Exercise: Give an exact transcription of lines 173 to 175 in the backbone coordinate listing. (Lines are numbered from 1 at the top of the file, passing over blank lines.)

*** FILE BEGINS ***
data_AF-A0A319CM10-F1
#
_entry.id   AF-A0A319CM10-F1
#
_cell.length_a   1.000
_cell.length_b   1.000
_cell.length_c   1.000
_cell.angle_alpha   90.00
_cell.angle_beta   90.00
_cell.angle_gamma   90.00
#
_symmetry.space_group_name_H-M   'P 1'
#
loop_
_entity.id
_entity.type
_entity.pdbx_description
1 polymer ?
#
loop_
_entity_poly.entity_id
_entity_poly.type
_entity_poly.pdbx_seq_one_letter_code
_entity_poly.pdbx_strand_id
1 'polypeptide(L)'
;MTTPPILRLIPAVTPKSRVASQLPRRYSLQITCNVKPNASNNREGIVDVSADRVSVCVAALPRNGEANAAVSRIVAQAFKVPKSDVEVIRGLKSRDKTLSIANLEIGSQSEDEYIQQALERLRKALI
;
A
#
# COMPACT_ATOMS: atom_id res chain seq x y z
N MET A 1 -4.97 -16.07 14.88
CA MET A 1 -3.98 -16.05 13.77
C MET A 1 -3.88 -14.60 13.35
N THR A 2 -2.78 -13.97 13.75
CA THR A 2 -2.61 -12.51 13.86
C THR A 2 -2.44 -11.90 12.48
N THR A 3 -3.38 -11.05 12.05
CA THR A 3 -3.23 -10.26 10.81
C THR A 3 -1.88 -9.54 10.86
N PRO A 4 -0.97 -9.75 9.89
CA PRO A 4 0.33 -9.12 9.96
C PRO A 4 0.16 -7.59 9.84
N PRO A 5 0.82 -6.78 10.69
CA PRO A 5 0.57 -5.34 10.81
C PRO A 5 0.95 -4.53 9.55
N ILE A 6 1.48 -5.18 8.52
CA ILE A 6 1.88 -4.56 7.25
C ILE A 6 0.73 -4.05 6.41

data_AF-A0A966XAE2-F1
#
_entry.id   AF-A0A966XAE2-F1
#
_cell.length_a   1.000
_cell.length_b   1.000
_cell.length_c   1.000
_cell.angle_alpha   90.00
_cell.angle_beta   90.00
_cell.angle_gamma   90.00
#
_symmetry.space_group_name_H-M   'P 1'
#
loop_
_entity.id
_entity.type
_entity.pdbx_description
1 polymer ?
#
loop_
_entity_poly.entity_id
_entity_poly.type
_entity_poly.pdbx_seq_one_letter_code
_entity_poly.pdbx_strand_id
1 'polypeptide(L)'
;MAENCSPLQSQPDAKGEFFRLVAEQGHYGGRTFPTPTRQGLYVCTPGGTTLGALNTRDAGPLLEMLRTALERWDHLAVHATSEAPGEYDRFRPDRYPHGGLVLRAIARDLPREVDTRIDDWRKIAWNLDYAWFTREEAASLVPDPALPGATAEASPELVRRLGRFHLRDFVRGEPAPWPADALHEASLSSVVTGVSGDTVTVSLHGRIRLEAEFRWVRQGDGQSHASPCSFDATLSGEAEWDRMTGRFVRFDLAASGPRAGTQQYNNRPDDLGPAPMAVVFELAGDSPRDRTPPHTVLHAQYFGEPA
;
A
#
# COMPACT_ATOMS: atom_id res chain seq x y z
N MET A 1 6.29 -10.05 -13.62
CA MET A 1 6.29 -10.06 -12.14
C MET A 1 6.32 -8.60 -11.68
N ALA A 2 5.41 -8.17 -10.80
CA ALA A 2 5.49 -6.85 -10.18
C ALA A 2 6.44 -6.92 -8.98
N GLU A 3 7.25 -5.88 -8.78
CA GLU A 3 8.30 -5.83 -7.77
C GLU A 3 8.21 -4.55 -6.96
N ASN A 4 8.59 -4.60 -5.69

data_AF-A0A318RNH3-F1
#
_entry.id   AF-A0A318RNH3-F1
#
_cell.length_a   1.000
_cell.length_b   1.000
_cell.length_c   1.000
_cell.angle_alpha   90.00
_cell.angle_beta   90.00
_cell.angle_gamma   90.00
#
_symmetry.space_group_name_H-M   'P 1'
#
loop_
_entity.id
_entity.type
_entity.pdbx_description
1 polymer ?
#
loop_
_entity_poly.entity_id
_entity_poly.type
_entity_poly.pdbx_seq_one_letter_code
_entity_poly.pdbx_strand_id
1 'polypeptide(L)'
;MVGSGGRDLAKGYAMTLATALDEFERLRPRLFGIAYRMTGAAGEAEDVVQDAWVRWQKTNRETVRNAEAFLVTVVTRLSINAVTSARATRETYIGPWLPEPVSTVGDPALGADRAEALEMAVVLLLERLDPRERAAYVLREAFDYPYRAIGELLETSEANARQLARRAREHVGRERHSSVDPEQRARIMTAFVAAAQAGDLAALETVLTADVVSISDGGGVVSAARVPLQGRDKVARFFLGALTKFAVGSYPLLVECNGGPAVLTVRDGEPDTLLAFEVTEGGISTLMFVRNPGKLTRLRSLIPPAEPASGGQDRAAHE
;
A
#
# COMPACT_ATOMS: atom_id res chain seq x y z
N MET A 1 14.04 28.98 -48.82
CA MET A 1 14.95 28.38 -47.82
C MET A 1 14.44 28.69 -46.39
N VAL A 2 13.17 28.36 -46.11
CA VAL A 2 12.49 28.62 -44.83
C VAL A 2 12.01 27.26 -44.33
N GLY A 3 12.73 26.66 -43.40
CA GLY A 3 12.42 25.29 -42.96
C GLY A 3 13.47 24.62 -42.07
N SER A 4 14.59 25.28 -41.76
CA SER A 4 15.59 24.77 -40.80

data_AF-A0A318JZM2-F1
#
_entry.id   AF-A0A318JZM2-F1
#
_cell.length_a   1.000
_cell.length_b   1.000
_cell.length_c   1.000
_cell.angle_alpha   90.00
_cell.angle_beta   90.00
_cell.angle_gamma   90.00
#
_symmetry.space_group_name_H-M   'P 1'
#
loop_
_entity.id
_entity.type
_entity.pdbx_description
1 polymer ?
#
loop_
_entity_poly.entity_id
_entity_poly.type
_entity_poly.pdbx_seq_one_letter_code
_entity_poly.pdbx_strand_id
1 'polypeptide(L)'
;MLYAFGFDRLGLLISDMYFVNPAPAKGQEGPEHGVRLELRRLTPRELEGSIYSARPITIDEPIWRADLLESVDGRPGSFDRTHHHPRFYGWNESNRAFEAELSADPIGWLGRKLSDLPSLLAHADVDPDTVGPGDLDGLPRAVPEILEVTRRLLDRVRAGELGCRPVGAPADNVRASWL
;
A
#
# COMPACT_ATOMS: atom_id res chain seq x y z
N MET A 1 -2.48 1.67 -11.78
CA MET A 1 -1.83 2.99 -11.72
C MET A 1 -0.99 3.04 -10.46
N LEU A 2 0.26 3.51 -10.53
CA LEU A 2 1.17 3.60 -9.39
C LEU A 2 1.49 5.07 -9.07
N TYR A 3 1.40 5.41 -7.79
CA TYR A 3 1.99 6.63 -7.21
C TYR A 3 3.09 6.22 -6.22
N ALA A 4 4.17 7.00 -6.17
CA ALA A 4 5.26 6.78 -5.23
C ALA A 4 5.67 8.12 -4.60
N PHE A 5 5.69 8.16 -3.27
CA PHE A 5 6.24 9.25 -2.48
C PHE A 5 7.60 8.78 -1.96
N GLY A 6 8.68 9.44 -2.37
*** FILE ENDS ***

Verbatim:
CA PHE A 5 6.24 9.25 -2.48
C PHE A 5 7.60 8.78 -1.96
N GLY A 6 8.68 9.44 -2.37